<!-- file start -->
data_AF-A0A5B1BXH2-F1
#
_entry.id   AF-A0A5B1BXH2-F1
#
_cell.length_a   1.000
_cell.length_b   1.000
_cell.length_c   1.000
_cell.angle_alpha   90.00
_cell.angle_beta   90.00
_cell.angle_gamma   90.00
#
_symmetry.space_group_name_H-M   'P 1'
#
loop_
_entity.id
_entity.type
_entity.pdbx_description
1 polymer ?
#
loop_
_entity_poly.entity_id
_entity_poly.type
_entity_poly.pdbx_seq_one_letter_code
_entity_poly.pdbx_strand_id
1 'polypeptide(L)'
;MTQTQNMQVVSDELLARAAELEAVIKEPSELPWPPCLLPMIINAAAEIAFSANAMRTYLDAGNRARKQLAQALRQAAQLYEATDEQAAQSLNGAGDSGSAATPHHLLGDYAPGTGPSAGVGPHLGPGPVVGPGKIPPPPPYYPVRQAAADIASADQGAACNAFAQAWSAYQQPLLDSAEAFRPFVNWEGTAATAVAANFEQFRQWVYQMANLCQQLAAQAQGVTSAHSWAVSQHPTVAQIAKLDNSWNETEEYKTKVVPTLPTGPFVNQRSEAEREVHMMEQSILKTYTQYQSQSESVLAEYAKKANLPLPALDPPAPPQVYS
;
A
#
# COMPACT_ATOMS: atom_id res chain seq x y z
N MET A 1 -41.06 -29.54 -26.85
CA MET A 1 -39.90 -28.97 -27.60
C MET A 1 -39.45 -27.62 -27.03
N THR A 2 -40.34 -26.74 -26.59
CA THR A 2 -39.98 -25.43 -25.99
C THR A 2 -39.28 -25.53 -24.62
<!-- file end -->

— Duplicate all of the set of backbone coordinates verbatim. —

data_AF-A0A5B1BXH2-F1
#
_entry.id   AF-A0A5B1BXH2-F1
#
_cell.length_a   1.000
_cell.length_b   1.000
_cell.length_c   1.000
_cell.angle_alpha   90.00
_cell.angle_beta   90.00
_cell.angle_gamma   90.00
#
_symmetry.space_group_name_H-M   'P 1'
#
loop_
_entity.id
_entity.type
_entity.pdbx_description
1 polymer ?
#
loop_
_entity_poly.entity_id
_entity_poly.type
_entity_poly.pdbx_seq_one_letter_code
_entity_poly.pdbx_strand_id
1 'polypeptide(L)'
;MTQTQNMQVVSDELLARAAELEAVIKEPSELPWPPCLLPMIINAAAEIAFSANAMRTYLDAGNRARKQLAQALRQAAQLYEATDEQAAQSLNGAGDSGSAATPHHLLGDYAPGTGPSAGVGPHLGPGPVVGPGKIPPPPPYYPVRQAAADIASADQGAACNAFAQAWSAYQQPLLDSAEAFRPFVNWEGTAATAVAANFEQFRQWVYQMANLCQQLAAQAQGVTSAHSWAVSQHPTVAQIAKLDNSWNETEEYKTKVVPTLPTGPFVNQRSEAEREVHMMEQSILKTYTQYQSQSESVLAEYAKKANLPLPALDPPAPPQVYS
;
A
#
# COMPACT_ATOMS: atom_id res chain seq x y z
N MET A 1 -41.06 -29.54 -26.85
CA MET A 1 -39.90 -28.97 -27.60
C MET A 1 -39.45 -27.62 -27.03
N THR A 2 -40.34 -26.74 -26.59
CA THR A 2 -39.98 -25.43 -25.99
C THR A 2 -39.28 -25.53 -24.62